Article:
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Imagine never hearing the name “Franz Kafka” or “Virginia Woolf” — nearly unthinkable given their places in the Western canon. 20th century writer Clarice Lispecter has been enthusiastically compared to those literary giants, despite never gaining popular, international recognition. A major literary celebrity in Brazil, her work ran the gamut from articles in women’s magazines to compelling, philosophical novels. A Ukranian refugee whose family fled to Brazil after suffering significant atrocity during the Russian pogroms, Lispecter became the glamorous wife of a diplomat, and the adored author of works that explored the way her faith had been tested by the horrors of her childhood.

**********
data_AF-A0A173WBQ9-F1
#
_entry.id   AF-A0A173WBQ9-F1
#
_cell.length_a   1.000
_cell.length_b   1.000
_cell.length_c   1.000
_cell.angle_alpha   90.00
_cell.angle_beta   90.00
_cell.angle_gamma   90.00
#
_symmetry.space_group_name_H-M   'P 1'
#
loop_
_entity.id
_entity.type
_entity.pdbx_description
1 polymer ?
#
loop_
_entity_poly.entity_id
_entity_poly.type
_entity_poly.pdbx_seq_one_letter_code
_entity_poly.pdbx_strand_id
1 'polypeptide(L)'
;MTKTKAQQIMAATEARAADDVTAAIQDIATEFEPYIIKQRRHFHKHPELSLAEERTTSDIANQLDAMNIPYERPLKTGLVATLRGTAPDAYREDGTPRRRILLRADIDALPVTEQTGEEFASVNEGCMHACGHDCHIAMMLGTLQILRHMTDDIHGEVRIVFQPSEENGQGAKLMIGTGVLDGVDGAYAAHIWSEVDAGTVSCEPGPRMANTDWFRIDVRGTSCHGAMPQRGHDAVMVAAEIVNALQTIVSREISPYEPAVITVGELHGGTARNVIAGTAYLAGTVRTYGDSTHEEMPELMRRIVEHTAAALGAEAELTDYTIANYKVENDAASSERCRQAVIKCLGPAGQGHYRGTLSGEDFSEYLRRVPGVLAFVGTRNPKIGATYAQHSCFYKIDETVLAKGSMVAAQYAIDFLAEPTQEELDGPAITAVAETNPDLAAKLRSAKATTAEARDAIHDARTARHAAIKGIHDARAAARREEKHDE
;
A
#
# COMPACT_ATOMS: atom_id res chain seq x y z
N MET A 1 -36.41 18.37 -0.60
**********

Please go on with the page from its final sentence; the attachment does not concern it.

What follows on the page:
Few know her in America, but Benjamin Moser, an editor at Harper’s Magazine, hopes to change that with his new Lispecter biography, ‘Why This World.’ I spoke with him earlier this week about the writer’s richly complex life and work while he was in Houston, Texas.
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